So, now that I've reached this point, over the next couple of days, I'm going to write some (hopefully coherent) thoughts on TTWT development. Today I'm going to focus my thoughts on TTWT as a game. In the next installment I'll consider what needs to be done to the SENG software itself, that is, the system and software that run TTWT. Next, I'll put together some thoughts on how to design levels in the SENG engine that both look good and play well. And last, I'll write on what needs to be done to create a full-featured, shareware-level game using the SENG engine.
As an aside, these notes are really meant for me; no guarantees how interesting they'll be to anyone else.
So, "To The World Tree", the game. As advertised, it's a short game, with not enough variety or content to be interesting for longer than the target game length, and not nearly enough to satisfy the hardcore RPG players that SENG is targeted towards. The gameplay itself is pretty fun, at least once you've completed the initial few levels and can add some additional members to the party. The graphics and interface range from "acceptable" (the interface is decent, anyways, and the player models are OK) to "amateurish" (the levels). The game runs quite smoothly and is relatively free of serious bugs.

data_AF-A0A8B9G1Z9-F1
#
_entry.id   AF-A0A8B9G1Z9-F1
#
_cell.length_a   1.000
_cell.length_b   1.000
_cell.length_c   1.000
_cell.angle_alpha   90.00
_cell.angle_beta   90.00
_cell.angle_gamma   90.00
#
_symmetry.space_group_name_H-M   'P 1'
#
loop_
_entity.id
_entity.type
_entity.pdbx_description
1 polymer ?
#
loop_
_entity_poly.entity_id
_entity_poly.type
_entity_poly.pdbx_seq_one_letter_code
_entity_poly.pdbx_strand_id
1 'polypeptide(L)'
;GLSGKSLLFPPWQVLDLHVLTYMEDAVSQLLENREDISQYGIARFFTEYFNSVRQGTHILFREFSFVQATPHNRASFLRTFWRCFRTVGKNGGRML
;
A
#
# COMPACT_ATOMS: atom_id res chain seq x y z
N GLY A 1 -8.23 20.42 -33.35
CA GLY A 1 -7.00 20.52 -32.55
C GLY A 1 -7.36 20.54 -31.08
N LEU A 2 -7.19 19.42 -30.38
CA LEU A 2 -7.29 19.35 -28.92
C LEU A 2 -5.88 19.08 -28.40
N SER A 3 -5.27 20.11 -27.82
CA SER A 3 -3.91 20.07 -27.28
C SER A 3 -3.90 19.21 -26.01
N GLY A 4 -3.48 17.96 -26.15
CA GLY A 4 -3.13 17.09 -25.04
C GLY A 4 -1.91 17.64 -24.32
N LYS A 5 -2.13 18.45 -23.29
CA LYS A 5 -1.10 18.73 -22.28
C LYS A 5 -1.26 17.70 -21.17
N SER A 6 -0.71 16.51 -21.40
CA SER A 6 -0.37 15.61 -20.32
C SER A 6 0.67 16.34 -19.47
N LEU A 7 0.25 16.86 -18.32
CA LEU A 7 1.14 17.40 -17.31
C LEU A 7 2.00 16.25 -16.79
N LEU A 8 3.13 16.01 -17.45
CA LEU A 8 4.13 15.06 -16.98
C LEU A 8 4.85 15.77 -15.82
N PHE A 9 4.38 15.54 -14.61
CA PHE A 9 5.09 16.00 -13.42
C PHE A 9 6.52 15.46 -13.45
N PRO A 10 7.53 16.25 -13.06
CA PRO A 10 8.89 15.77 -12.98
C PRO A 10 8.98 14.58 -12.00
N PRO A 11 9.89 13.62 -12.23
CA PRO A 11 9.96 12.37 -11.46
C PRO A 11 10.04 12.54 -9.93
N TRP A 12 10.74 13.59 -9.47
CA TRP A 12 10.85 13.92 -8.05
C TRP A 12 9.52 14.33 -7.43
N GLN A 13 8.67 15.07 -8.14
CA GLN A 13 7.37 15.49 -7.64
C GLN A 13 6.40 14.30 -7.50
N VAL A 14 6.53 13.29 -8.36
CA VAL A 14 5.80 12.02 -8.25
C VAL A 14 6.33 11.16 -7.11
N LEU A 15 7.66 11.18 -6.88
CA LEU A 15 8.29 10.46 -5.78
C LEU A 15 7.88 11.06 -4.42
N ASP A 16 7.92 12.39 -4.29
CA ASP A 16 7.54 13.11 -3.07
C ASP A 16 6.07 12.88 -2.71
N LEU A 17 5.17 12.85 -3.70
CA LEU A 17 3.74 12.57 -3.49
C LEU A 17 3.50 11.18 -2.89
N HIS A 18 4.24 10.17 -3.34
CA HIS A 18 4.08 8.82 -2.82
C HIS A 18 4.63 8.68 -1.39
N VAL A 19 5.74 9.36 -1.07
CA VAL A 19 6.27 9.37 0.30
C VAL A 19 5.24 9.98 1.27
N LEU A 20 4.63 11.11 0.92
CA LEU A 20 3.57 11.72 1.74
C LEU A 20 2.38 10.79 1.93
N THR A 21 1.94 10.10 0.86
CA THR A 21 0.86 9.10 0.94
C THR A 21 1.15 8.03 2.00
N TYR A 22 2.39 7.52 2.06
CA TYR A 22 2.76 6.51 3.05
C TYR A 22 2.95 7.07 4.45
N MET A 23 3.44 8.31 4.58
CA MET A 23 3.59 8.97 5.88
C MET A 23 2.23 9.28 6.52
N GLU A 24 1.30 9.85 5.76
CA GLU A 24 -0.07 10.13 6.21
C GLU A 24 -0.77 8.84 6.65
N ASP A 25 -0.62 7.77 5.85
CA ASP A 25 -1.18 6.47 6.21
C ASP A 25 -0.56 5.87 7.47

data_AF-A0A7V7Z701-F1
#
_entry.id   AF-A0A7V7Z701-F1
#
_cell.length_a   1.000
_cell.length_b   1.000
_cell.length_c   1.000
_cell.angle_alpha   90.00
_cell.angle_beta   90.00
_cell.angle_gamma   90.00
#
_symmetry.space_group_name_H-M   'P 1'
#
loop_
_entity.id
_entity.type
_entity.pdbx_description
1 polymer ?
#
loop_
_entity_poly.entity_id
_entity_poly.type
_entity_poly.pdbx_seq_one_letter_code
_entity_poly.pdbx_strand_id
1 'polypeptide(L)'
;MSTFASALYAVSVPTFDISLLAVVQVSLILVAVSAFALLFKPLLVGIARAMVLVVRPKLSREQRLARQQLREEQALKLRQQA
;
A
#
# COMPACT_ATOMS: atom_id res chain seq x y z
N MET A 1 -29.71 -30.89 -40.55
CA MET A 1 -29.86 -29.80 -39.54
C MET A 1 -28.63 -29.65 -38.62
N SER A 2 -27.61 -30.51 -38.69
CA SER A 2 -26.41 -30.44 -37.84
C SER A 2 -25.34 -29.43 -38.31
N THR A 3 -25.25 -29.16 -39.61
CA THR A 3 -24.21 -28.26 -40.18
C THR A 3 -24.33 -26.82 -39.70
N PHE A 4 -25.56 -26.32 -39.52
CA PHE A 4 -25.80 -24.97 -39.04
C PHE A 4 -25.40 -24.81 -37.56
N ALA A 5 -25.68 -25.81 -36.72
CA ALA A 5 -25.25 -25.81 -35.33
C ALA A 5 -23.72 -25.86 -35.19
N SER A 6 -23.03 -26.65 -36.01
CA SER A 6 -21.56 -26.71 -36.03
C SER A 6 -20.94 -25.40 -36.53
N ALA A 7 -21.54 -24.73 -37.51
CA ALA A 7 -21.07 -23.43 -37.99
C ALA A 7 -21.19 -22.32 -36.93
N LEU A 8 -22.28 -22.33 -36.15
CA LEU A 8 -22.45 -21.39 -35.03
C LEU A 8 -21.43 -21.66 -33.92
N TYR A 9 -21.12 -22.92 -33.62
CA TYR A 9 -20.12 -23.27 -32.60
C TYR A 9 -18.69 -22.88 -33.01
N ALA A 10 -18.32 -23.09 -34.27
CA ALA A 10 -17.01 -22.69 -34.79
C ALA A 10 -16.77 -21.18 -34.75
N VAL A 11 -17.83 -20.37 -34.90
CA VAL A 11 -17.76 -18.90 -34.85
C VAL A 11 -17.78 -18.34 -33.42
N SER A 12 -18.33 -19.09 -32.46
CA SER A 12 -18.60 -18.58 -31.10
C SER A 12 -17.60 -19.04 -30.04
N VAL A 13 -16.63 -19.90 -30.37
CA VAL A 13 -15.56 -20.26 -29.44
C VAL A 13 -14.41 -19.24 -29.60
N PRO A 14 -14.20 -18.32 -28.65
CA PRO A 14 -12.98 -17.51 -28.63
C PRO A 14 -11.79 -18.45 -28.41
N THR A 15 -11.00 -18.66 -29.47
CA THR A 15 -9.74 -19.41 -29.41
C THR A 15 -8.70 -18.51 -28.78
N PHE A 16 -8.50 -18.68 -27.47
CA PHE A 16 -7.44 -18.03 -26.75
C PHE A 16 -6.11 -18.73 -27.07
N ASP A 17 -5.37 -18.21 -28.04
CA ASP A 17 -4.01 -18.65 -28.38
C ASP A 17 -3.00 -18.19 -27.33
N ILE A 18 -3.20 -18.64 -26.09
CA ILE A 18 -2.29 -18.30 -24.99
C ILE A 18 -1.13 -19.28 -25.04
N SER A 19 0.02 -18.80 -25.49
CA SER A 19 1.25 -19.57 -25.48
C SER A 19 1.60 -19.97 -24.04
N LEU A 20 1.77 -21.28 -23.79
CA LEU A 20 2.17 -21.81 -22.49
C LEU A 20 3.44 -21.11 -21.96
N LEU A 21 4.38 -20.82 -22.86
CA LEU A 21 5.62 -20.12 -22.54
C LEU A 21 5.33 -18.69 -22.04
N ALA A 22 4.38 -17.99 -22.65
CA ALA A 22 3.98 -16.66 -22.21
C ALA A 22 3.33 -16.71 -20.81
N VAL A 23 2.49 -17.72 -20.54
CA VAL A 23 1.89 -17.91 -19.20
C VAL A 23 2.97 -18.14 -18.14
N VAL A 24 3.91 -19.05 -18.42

Let me dive in with some more details on a number of good and bad points.
Good #1: SENG RPG system